The case of Miller v. Alabama (2012) is the result of Alabama Court of Criminal Appeals case No. 10-9646, which involves a 14-year-old named Evan Miller who was convicted of aggravated murder, and sentenced by the Alabama state court to a mandatory term of life in prison without parole. Miller and a friend assaulted Miller's neighbor, and set fire to his home after spending the evening drinking alcohol and using drugs. As a result of his actions, the neighbor died.
Miller was originally charged as an adult; however, his case was removed to adult court, and he was charged with murder and arson. During the trial, the jury found Miller guilty of the crime, and he was sentenced to a punishment of life without parole as statutorily mandated (Supreme Court of the United States, 2011). The legal issue present in this case is if sentencing a 14-year-old to life in prison without parole is considered as cruel and unusual punishment.
Miller appealed his case on the grounds that his conviction violated both the Eighth and Fourteenth Amendments of the United States Constitution. To back his claims, Miller presented the cases of Roper v. Simmons, 543 U. S. 551, 560, which holds that "a minor cannot be sentenced to death and that a minor cannot be imprisoned for life for a non-homicidal crime, respectively, as evidence that his conviction contravenes nationally held standards of decency" (Cornell University Law School, 2012).
This particular case is very interesting because it pushes the Supreme Court to address several questions about the American legal system, and where the line is drawn when punishing juvenile offenders. It questions whether a juvenile convicted of murder violates the Constitutional rights that prohibits cruel and unusual punishments, and it questions that violation when imposed on a juvenile "as a result of a mandatory sentencing scheme that categorically precludes consideration of the offender's young
age or any other mitigating circumstances" (Cornell University Law School, 2012). Sources, Purposes, and Jurisdictions There are many sources in which today's laws are derived from. In the United States, the highest form of law is the Constitution. It is not where specific laws are outlined, but rather restricts the policing powers of the nation's government, and contains limits on the "nature and extent" of criminal law that the government can execute. The majority of these limits are contained within the Bill of Rights (Schmalleger, Hall, & Dolatowski, 2010).
The case of Miller v. Alabama (2012) challenges the sentence imposed upon Miller based upon the Bill of Right's Eight Amendment, which prohibits the imposition of cruel and unusual punishments. It also challenges the sentence based upon the Fourteenth Amendment, which prohibits the deprivation of life, liberty, or property imposed by state and local governments without due process, and requires equal protection under the law to everyone within each state's jurisdiction (Independence Hall Association, 2012).
Another important source of laws is common law, which is also known as case law, and statutory law. In the United States, the legal is known as a common law system, which gives tremendous authoritative power to common law based on the principle that "it is unfair to treat similar facts differently on different occasions" (Arnold-Baker, 1996). Case laws are decisions previously made by the courts that have accrued over time that attorneys refer to when making their arguments for a case.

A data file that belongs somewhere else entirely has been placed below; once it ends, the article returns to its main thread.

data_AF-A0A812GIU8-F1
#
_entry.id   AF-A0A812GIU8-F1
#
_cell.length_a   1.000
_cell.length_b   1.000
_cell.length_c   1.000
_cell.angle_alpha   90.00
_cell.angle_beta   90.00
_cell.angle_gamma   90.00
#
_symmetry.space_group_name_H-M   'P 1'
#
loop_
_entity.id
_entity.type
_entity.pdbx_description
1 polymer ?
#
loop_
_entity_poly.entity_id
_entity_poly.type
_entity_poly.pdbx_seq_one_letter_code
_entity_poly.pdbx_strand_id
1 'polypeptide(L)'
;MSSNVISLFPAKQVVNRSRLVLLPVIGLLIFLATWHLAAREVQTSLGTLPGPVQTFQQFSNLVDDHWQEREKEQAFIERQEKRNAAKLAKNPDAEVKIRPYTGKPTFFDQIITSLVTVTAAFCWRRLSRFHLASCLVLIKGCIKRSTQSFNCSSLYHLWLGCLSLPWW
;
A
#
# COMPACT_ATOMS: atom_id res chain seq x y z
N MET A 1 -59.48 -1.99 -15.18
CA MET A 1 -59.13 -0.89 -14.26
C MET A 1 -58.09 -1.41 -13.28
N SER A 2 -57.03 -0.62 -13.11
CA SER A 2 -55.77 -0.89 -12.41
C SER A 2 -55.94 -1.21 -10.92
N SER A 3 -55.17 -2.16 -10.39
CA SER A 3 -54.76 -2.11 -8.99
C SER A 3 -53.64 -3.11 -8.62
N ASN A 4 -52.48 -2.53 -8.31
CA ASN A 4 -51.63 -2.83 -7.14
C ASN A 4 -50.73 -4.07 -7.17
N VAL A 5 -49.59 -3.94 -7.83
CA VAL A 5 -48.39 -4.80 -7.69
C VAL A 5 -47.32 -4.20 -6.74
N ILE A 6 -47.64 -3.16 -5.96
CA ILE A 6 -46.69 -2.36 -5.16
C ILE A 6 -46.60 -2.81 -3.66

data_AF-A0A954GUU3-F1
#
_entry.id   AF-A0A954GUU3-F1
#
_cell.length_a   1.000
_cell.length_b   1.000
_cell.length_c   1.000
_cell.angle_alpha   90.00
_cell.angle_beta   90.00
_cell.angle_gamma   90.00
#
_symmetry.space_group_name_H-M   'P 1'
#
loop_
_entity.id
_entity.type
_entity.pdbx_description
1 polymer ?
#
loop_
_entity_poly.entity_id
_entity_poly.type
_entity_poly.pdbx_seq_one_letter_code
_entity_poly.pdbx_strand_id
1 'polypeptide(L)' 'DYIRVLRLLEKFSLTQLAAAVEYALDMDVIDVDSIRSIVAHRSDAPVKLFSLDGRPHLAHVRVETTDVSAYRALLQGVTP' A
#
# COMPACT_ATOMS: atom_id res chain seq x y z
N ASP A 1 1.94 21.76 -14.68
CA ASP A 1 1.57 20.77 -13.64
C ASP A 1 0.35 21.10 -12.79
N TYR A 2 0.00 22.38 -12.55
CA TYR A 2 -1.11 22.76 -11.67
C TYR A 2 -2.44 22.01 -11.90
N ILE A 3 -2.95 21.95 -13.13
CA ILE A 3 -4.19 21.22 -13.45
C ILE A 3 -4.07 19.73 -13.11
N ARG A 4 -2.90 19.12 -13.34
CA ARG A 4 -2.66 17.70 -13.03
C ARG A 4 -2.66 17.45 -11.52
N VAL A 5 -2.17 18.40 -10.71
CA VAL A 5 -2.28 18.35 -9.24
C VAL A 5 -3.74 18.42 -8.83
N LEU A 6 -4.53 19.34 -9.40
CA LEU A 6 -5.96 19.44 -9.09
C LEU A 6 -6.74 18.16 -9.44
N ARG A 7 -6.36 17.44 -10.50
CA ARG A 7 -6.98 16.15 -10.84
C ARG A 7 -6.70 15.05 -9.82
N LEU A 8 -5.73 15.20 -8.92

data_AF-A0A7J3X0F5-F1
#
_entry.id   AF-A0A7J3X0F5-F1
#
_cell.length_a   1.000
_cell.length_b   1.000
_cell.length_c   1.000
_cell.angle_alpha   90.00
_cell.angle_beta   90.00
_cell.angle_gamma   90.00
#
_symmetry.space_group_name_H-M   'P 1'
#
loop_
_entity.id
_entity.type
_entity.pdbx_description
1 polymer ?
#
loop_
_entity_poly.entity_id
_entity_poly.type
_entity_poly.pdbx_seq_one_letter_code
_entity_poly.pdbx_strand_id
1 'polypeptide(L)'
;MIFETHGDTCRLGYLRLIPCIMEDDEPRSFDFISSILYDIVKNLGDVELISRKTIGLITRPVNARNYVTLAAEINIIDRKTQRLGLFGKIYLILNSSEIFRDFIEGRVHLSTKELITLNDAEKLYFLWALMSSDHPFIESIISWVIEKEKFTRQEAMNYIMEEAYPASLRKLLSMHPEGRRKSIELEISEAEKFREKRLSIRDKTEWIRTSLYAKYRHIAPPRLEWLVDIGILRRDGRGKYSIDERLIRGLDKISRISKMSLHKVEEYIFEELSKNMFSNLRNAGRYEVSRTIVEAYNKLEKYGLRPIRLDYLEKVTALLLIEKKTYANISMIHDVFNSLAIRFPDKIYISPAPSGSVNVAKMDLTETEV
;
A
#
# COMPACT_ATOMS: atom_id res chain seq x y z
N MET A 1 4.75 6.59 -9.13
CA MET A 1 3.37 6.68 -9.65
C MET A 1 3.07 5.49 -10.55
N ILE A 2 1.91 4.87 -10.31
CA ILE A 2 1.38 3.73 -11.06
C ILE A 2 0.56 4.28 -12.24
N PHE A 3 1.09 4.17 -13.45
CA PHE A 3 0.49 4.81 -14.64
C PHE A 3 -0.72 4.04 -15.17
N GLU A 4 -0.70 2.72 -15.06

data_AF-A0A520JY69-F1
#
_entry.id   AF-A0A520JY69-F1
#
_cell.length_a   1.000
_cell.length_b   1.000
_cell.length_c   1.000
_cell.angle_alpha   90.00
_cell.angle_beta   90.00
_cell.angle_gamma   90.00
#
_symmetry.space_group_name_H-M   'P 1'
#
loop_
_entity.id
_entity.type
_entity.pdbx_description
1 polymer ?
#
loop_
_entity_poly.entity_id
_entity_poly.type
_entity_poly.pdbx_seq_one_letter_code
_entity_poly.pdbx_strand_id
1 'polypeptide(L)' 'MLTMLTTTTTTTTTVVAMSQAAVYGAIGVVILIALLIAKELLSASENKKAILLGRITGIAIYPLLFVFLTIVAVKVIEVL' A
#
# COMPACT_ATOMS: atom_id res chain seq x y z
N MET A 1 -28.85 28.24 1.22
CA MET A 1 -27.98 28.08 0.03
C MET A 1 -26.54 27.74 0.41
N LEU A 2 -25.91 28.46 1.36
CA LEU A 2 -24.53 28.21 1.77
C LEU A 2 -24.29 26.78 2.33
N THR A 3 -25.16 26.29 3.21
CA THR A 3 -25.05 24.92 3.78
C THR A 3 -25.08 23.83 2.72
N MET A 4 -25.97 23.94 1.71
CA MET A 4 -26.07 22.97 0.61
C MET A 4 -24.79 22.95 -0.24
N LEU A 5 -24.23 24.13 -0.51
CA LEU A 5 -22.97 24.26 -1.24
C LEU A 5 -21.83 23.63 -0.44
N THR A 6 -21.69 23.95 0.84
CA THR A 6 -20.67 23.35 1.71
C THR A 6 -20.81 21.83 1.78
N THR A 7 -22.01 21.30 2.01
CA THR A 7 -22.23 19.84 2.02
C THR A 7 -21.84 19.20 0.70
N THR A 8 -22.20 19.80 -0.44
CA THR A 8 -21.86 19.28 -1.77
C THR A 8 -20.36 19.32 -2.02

They are also used by judges to make a decision on a new case when there is no specific law that applies to the case. Statutory laws are statutes or formal written codes created by legislature or governing bodies that have the authority to make laws (Schmalleger, Hall, & Dolatowski, 2010). In the original court case that prompted Miller v. Alabama (2012), Miller was charged with murder in the course of arson under the Alabama Code § 13A-6-52 (FindLaw, 2012). There is a reason and a purpose for everything, and criminal law has many purposes.
According to some, criminal law is for making "society safe for its members, and to punish and rehabilitate those who commit offenses," and to others it is for declaring "public disapproval of an offender's conduct by means of public trial and conviction and to punish the offender by imposing a penal sanction" (Schmalleger, Hall, & Dolatowski, 2010). In Miller's case, it is important that the juvenile is punished for his actions; however, factoring in his age, it is more important that he is allowed rehabilitation with the chance to prove he knows what he did was wrong.
Taking away a juvenile's right to live a full life before reaching adulthood does not seem to constitute fairness when the ability to fully understand right from wrong does not occur until the brain is fully developed in adulthood. Criminal law in the United States is vast with 50 state criminal codes, a separate U. S. criminal code, and an abundant amount of city and local ordinances that detail the various types of violations. As a result, the descriptions and penalties associated with the crimes depend on jurisdictions.
Jurisdictions are the geographic districts or subject matter over which a government body, such as courts, is extended authority, and the authority given to a court to hear and determine the outcome of an action or lawsuit (Schmalleger, Hall, & Dolatowski, 2010). In the Miller v. Alabama (2012) case, the respondent for Alabama argues that modern values advocate imposing a sentence of life without parole for minors, and references legislative history, sentencing practices, and scientific studies of adolescent psychology as evidence for this claim.